A strong rupee will hit textile and garment exporters as currency hedging is largely absent with most players and margins are already under pressure due to tough competition from countries like Bangladesh. In the case of gems and jewellery and electronics exporters, the high import content would partly offset the adverse impact of a strong rupee but if the currency gains further, the net impact would indeed be negative.
In textiles and garments, there is an overwhelming presence of unorganised players, accounting for roughly 80% of the garment and 90% of the fabric segments. These units dont hedge against currency fluctuations and resort to limited imports of raw materials. The sector is crucial as it accounted for 10.54% of overall exports last fiscal and it employs 35 million people, having become the largest employer after agriculture.
Exporters of electronics products and traditional sectors like gems and jewellery, handicrafts, carpets, leather and marine products have also taken a hit in their margins.
Sumit Keshan, chief financial officer of Gokaldas Exports, said in times of sharp sharp volatility in the rupee movement, even hedging becomes difficult. In the short term, we as a company are not affected as we have a strong hedging policy. However, if the appreciation continues beyond that, not just us, most of the players are going to be affected, he said.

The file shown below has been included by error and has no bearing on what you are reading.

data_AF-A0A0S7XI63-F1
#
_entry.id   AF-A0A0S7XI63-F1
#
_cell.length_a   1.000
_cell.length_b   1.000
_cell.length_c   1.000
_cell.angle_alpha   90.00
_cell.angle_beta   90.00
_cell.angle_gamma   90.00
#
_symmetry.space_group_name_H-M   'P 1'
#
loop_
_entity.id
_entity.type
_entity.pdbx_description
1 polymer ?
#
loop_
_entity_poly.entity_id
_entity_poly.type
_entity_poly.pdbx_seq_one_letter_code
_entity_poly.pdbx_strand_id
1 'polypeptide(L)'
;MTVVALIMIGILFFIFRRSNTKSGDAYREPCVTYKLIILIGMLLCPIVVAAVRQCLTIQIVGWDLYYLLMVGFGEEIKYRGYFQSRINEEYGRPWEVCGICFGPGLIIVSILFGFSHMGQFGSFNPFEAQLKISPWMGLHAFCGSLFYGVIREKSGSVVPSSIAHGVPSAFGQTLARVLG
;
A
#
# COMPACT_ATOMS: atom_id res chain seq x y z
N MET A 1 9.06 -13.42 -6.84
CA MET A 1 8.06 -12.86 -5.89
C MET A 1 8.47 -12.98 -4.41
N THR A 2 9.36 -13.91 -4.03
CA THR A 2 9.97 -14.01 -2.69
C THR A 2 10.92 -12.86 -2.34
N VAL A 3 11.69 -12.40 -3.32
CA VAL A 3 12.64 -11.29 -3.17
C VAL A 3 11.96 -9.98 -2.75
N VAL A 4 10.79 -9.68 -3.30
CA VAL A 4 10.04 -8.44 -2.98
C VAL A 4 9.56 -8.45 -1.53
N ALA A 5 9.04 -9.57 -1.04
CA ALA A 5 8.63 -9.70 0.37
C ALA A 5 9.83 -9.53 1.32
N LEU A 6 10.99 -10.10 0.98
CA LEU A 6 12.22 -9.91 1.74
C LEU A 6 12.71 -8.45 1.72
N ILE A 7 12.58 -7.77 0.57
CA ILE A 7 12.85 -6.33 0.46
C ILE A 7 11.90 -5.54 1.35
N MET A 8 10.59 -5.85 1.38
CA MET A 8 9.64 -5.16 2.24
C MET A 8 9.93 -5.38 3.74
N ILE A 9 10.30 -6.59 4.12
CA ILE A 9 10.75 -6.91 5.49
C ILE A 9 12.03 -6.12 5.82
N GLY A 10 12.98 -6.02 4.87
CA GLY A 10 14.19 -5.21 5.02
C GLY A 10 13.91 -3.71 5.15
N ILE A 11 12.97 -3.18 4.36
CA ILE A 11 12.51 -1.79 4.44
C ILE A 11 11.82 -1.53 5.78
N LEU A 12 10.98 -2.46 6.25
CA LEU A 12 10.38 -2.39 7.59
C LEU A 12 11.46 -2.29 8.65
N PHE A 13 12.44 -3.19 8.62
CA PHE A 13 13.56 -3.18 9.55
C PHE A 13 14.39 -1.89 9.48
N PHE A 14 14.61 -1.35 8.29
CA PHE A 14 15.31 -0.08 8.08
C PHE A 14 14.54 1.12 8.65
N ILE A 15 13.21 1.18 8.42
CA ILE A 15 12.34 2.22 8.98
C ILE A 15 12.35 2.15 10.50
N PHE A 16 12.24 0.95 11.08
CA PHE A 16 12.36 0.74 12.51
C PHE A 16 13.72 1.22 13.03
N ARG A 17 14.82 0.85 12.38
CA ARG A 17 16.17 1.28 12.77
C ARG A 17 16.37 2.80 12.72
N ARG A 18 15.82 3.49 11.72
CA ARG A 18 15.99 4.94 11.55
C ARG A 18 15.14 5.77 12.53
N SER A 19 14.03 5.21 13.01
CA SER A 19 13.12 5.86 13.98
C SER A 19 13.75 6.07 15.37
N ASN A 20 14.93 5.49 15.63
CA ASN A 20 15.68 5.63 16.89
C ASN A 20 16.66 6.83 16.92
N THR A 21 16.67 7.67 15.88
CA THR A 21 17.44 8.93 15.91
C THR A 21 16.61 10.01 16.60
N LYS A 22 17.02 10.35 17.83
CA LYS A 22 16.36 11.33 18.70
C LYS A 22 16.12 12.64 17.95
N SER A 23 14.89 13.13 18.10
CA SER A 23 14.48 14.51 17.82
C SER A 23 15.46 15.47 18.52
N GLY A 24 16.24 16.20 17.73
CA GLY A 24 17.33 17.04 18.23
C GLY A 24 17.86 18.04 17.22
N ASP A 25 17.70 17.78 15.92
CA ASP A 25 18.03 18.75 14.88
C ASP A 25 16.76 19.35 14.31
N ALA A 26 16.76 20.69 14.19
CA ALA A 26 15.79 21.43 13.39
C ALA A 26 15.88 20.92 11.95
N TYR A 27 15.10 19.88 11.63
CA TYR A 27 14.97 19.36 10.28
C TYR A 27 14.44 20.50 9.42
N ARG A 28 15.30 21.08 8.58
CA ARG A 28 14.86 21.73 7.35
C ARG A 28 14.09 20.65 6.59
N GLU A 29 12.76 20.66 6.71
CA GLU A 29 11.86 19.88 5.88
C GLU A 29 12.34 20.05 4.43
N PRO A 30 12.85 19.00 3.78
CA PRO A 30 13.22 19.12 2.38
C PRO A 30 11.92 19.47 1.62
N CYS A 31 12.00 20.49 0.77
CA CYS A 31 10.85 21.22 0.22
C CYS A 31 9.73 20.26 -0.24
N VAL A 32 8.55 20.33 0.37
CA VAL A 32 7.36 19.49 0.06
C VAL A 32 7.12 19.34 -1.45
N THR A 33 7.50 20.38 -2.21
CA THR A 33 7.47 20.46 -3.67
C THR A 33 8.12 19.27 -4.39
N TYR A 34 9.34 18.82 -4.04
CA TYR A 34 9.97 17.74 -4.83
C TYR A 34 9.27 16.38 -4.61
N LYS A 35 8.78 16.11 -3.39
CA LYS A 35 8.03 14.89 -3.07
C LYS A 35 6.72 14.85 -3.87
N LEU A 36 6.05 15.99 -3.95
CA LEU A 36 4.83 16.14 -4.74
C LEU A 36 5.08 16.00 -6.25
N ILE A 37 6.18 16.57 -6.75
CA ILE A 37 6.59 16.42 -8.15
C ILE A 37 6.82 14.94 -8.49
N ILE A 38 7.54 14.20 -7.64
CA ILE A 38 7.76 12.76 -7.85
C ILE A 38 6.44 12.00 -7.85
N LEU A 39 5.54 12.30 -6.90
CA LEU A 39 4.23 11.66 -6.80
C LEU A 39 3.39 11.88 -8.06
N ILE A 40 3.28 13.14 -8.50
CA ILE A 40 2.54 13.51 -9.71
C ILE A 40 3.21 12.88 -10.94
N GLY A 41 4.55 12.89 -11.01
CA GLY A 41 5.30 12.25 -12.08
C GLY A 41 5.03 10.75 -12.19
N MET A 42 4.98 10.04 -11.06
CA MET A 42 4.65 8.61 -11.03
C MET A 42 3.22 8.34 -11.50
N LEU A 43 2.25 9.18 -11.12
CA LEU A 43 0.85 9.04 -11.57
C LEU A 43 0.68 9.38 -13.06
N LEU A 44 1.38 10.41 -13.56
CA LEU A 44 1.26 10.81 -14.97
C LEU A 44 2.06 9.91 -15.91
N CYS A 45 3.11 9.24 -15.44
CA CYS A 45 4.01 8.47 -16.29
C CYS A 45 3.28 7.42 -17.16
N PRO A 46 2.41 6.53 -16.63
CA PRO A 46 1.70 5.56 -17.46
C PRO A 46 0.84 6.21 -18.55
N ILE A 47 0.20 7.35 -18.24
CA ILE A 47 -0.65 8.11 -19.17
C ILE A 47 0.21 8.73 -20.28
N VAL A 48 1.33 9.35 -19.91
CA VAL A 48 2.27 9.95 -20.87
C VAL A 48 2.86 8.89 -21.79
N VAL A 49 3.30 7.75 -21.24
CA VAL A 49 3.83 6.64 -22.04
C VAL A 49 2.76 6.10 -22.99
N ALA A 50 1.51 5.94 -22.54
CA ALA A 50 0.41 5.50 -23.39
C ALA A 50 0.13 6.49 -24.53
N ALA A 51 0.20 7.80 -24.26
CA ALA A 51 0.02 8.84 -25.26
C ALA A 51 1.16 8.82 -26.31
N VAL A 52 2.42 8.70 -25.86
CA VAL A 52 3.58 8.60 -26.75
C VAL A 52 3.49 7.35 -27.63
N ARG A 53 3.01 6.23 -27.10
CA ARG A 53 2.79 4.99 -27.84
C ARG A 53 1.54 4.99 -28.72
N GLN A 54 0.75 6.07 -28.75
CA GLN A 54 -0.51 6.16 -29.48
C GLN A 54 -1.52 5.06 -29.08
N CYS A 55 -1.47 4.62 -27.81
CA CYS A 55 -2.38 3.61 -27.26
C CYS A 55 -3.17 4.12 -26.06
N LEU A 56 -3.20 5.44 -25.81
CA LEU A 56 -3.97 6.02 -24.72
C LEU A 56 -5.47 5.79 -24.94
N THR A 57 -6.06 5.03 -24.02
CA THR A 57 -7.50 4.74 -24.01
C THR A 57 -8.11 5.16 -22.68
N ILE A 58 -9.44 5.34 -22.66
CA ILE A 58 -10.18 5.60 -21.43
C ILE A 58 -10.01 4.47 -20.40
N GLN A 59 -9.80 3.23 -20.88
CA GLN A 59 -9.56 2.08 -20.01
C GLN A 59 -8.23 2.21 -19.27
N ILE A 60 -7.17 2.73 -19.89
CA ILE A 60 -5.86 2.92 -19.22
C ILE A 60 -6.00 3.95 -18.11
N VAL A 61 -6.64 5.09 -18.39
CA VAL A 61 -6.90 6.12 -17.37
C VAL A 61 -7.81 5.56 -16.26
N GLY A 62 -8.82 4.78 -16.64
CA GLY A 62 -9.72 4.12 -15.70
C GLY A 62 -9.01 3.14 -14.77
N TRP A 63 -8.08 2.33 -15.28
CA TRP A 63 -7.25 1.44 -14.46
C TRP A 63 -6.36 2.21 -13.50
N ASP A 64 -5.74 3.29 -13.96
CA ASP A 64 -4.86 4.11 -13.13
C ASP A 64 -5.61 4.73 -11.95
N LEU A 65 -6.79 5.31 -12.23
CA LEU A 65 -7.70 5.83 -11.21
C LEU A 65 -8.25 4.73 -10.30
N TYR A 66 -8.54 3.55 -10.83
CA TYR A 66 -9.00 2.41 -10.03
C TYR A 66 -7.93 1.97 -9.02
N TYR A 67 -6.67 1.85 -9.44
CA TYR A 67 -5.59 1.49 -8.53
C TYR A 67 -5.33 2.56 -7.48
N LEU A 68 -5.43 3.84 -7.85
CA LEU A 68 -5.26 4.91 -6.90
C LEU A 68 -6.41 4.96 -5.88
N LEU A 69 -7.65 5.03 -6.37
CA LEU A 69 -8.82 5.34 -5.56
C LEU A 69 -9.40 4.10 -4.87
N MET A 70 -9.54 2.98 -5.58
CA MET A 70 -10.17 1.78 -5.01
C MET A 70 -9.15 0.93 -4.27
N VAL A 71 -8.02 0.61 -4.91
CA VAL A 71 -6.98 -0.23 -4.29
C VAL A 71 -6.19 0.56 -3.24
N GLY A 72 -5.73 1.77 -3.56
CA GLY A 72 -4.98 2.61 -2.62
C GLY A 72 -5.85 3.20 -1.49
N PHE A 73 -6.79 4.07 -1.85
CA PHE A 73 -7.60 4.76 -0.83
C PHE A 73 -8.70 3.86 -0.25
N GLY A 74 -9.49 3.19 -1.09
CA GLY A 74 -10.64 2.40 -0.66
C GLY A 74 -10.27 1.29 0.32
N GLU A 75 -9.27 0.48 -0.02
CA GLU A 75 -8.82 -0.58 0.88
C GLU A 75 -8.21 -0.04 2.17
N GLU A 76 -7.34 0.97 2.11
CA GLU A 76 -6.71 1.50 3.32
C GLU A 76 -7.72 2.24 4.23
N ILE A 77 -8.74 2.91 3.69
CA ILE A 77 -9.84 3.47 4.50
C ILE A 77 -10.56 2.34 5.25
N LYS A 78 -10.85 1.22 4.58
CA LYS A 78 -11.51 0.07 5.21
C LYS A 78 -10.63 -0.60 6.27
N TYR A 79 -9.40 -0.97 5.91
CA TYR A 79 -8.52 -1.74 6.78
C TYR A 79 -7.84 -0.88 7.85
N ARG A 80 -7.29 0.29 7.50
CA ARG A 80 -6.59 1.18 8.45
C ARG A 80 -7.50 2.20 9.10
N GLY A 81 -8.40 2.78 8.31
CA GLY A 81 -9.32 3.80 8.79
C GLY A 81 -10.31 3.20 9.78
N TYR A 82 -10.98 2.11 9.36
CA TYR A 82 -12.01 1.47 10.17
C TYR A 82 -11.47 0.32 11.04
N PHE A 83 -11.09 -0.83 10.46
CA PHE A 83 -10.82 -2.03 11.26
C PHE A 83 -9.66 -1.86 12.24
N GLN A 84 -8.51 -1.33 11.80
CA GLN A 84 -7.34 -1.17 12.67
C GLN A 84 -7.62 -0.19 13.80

The countrys overall exports grew at double digits for four months starting July this fiscal, enabled by the rupees depreciation, among other things.
However, the pace of growth slowed after the rupee started strengthening a bit from the record low in August, which finally resulted in a negative growth of 3.7% in February. The export target of $325 billion for 2013-14 is set to be missed as outbound shipments until February were to the tune of $282.7 billion.
One of the major reasons for the pick-up in textile and garment exports in recent months is the depreciation of the rupee. If the rupee appreciates to, say, the 56 level, the profitability of the sector, which is even less than 10% from a year before even after the latest surge in exports, will be neutralised. In garments, it could also hurt our competitiveness compared with Bangladesh further, which enjoys low labour costs, said DK Nair, the secretary general of the Confederation of Indian Textile Industry. According to an official study, Bangladeshs manufacturing costs in the weaving and processing sector was 13% cheaper than Indias. So while the currency of the neighbouring nation stays steady, any depreciation of the Indian rupee hits domestic exporters accordingly.